It is the oldest town site west of the Rockies! So, let the celebration begin. The best parties take the right people who offer planning with enthusiasm and experience.
Like Astoria residents Mac Burns and Paulette McCoy who teach listeners something new about their 200 year old hometown each week. Their radio program, “Adventures in History,” is heard on KAST AM radio each Saturday.
The Astor party arrived in Astoria just three months ahead of a British scouting party, led by explorer David Thompson. The party planted the US flag smack in the middle of town where a replica Fort Astoria stands today.
These day, the Fort George Brewing Company has set up shop near the fort replica and produces a namesake brew that’s caught on with a nation-wide crowd. Just like the nearby Liberty Theatre: a fully restored city centerpiece where there is always something new to see and do. Like the Fern Hill Glass Studio where anyone can stop in to watch molten glass take form as vases, mugs – even sea creatures.
It’s all rather remarkable when you consider that not so long ago, the entire town was wiped away in a devastating blaze that lasted for days. The Great Astoria Fire of 1922 destroyed 40 city blocks at a time when the country was already on the ropes. But the city fathers rebuilt the town – a sign of resilience, commitment and a true Oregon spirit.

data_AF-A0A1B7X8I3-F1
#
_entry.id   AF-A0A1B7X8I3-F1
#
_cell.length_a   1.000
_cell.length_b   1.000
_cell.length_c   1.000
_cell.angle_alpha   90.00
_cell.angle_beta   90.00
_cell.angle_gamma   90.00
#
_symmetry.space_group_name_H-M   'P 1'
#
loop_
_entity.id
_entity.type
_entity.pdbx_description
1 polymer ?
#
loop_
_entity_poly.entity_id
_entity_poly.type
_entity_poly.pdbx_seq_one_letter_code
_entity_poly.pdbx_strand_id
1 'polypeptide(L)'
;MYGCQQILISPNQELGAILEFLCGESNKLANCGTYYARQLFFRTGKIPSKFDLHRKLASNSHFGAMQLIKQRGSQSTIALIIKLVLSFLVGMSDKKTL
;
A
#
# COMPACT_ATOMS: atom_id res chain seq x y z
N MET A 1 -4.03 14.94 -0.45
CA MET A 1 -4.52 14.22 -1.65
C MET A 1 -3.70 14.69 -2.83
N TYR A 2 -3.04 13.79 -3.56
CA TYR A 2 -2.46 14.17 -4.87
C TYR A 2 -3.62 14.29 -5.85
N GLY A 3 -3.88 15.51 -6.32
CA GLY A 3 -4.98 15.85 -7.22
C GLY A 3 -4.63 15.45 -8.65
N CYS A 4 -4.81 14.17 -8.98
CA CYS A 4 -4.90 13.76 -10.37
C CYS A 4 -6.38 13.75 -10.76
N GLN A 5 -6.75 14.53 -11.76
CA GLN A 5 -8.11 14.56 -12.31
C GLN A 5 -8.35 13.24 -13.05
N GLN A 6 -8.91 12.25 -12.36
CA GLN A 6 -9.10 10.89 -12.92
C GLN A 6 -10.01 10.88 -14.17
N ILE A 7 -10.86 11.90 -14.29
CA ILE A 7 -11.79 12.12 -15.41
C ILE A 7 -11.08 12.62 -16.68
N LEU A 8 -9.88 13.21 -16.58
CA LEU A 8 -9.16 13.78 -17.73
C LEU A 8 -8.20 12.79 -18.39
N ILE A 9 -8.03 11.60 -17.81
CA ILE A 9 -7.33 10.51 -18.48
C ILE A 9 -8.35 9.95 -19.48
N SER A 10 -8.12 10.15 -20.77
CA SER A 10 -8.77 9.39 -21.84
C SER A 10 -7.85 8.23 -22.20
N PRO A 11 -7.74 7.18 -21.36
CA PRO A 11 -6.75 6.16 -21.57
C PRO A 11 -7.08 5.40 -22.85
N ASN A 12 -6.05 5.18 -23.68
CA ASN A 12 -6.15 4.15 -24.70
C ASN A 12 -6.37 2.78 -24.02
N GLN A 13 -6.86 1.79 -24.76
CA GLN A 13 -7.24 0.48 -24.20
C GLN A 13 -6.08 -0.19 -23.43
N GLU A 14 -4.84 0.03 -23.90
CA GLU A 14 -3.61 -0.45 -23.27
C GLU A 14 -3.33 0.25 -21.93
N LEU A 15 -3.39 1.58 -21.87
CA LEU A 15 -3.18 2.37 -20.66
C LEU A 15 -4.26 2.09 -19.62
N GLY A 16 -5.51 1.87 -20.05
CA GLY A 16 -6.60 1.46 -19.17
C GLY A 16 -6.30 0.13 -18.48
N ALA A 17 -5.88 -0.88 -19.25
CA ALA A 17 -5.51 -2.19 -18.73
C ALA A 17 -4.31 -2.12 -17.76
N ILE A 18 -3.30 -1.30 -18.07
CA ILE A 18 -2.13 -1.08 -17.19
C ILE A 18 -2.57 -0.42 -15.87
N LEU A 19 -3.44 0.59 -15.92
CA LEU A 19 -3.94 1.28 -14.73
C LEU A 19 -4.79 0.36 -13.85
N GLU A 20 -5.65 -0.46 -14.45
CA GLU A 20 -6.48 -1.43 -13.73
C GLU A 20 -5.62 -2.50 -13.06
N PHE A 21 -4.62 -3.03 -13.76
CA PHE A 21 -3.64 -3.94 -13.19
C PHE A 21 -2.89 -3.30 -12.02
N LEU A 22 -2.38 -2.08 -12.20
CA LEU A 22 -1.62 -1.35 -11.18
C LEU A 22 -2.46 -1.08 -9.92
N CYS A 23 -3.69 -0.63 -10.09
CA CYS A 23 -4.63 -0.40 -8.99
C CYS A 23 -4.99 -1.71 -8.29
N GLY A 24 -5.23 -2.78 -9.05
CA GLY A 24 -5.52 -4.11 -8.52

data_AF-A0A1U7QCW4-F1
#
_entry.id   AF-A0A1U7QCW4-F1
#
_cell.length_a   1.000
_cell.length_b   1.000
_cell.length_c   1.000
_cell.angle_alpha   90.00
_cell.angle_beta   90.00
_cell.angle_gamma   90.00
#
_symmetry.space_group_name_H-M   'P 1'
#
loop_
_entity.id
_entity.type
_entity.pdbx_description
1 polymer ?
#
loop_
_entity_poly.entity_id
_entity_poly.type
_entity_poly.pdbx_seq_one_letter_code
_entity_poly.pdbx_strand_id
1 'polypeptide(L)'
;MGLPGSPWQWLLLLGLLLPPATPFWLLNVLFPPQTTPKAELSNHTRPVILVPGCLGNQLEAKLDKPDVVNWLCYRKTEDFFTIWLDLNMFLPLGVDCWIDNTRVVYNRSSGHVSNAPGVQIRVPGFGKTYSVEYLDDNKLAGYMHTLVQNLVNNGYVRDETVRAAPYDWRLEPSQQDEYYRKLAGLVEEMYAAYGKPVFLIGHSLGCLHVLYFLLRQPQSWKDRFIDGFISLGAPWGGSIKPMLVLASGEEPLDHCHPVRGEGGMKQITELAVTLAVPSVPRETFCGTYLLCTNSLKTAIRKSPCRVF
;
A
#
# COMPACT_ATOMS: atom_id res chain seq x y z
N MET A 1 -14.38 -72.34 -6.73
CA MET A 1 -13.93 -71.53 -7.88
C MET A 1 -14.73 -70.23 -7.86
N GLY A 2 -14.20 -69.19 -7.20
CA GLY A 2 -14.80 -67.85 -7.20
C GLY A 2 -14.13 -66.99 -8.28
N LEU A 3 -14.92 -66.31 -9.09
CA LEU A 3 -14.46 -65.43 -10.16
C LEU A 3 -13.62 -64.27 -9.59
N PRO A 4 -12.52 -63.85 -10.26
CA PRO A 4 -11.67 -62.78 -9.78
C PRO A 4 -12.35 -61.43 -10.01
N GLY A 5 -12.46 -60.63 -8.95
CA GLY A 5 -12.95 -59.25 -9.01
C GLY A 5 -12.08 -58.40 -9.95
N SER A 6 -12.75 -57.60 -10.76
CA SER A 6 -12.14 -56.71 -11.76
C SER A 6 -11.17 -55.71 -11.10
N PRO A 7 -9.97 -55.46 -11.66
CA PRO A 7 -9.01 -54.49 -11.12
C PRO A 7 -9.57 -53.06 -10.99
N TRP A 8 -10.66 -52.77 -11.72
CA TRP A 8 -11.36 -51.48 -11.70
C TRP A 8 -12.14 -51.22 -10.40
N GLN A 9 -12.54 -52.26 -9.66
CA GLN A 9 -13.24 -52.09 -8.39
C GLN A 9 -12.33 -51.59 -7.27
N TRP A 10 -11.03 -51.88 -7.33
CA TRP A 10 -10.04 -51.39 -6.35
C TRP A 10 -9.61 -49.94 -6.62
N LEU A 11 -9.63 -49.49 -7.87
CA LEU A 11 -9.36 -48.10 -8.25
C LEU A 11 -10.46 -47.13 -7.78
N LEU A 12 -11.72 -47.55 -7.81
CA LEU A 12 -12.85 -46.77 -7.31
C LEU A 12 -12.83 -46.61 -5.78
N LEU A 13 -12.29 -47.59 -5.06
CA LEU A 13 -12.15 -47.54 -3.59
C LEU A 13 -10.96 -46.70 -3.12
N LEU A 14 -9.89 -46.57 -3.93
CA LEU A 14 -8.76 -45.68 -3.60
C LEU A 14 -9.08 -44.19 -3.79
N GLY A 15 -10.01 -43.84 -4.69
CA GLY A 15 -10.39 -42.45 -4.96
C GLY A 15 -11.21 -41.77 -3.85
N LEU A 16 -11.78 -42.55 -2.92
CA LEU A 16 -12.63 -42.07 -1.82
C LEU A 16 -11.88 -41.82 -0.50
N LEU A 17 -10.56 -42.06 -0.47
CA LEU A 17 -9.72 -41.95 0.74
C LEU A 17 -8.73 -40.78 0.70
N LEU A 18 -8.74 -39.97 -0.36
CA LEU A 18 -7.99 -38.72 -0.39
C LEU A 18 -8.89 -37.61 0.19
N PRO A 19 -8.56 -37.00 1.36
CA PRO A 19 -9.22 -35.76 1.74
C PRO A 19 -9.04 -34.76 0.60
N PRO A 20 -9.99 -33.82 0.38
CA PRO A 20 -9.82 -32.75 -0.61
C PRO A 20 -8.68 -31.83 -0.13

This time they built on land, not wood, and shaped the town into what we see today: a place that draws folks from all over the world – including 19 cruise ships a year. That is no surprise really since Astoria’s front step is the mighty Columbia River and it’s enduring influence.
Outdoor recreation is easy to come by in this corner of the state –like razor clamming. It is so easy anyone can try with a clam gun on a low morning tide across a 12-mile long stretch of beach that you can drive across too.
For more information on Astoria’s Bicentennial, visit http://www.astoria200.org/
About the Author: Grant McOmie
Grant McOmie is a Pacific Northwest broadcast journalist, teacher and author who writes and produces stories and special programs about the people, places, outdoor activities and environmental issues of the Pacific Northwest. A fifth generation Oregon native, Grant’s roots run deepest in the central Oregon region near Prineville and Redmond where his family continues to live.
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